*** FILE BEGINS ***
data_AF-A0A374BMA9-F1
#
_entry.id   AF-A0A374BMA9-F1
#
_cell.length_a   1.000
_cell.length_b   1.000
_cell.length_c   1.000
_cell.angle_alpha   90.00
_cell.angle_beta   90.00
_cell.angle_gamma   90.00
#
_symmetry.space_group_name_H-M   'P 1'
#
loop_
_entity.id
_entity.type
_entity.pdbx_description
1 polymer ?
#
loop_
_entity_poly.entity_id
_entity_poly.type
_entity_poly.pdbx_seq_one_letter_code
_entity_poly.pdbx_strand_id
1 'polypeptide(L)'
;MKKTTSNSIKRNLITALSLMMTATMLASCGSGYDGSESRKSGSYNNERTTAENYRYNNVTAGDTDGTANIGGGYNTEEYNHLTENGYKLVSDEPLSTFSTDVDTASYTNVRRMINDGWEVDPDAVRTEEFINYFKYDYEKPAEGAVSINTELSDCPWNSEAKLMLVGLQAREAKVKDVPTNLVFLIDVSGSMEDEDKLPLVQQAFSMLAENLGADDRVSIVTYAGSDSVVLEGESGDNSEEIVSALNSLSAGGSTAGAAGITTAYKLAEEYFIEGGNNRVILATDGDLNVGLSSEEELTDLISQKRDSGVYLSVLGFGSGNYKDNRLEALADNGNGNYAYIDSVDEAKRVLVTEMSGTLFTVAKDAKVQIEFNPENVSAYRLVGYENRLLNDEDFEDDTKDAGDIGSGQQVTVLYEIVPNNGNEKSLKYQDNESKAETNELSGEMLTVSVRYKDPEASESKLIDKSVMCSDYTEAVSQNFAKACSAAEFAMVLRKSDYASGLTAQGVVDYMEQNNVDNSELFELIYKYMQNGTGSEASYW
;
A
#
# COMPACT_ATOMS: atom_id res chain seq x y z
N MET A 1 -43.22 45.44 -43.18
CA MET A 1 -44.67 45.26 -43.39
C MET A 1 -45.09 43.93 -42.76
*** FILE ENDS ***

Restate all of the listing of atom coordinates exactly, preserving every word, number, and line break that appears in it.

data_AF-A0A374BMA9-F1
#
_entry.id   AF-A0A374BMA9-F1
#
_cell.length_a   1.000
_cell.length_b   1.000
_cell.length_c   1.000
_cell.angle_alpha   90.00
_cell.angle_beta   90.00
_cell.angle_gamma   90.00
#
_symmetry.space_group_name_H-M   'P 1'
#
loop_
_entity.id
_entity.type
_entity.pdbx_description
1 polymer ?
#
loop_
_entity_poly.entity_id
_entity_poly.type
_entity_poly.pdbx_seq_one_letter_code
_entity_poly.pdbx_strand_id
1 'polypeptide(L)'
;MKKTTSNSIKRNLITALSLMMTATMLASCGSGYDGSESRKSGSYNNERTTAENYRYNNVTAGDTDGTANIGGGYNTEEYNHLTENGYKLVSDEPLSTFSTDVDTASYTNVRRMINDGWEVDPDAVRTEEFINYFKYDYEKPAEGAVSINTELSDCPWNSEAKLMLVGLQAREAKVKDVPTNLVFLIDVSGSMEDEDKLPLVQQAFSMLAENLGADDRVSIVTYAGSDSVVLEGESGDNSEEIVSALNSLSAGGSTAGAAGITTAYKLAEEYFIEGGNNRVILATDGDLNVGLSSEEELTDLISQKRDSGVYLSVLGFGSGNYKDNRLEALADNGNGNYAYIDSVDEAKRVLVTEMSGTLFTVAKDAKVQIEFNPENVSAYRLVGYENRLLNDEDFEDDTKDAGDIGSGQQVTVLYEIVPNNGNEKSLKYQDNESKAETNELSGEMLTVSVRYKDPEASESKLIDKSVMCSDYTEAVSQNFAKACSAAEFAMVLRKSDYASGLTAQGVVDYMEQNNVDNSELFELIYKYMQNGTGSEASYW
;
A
#
# COMPACT_ATOMS: atom_id res chain seq x y z
N MET A 1 -43.22 45.44 -43.18
CA MET A 1 -44.67 45.26 -43.39
C MET A 1 -45.09 43.93 -42.76